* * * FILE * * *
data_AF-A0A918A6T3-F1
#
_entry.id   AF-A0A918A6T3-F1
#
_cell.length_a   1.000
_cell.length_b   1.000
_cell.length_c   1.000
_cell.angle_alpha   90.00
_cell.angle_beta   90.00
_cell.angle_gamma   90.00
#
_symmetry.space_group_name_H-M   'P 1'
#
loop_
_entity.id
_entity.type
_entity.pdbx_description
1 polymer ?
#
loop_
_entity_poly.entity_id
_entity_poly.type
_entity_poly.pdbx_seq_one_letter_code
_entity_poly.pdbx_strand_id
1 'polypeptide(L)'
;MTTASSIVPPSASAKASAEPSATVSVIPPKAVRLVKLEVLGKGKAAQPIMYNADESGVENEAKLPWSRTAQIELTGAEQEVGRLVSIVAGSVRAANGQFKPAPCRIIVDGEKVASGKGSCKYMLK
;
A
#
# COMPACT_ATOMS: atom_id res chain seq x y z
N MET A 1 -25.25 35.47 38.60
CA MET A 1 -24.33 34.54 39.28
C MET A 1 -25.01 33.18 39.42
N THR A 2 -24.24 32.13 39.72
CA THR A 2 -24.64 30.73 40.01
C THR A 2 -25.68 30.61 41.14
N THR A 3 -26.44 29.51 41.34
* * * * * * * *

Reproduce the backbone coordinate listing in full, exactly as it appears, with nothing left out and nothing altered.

data_AF-A0A918A6T3-F1
#
_entry.id   AF-A0A918A6T3-F1
#
_cell.length_a   1.000
_cell.length_b   1.000
_cell.length_c   1.000
_cell.angle_alpha   90.00
_cell.angle_beta   90.00
_cell.angle_gamma   90.00
#
_symmetry.space_group_name_H-M   'P 1'
#
loop_
_entity.id
_entity.type
_entity.pdbx_description
1 polymer ?
#
loop_
_entity_poly.entity_id
_entity_poly.type
_entity_poly.pdbx_seq_one_letter_code
_entity_poly.pdbx_strand_id
1 'polypeptide(L)'
;MTTASSIVPPSASAKASAEPSATVSVIPPKAVRLVKLEVLGKGKAAQPIMYNADESGVENEAKLPWSRTAQIELTGAEQEVGRLVSIVAGSVRAANGQFKPAPCRIIVDGEKVASGKGSCKYMLK
;
A
#
# COMPACT_ATOMS: atom_id res chain seq x y z
N MET A 1 -25.25 35.47 38.60
CA MET A 1 -24.33 34.54 39.28
C MET A 1 -25.01 33.18 39.42
N THR A 2 -24.24 32.13 39.72
CA THR A 2 -24.64 30.73 40.01
C THR A 2 -25.68 30.61 41.14
N THR A 3 -26.44 29.51 41.34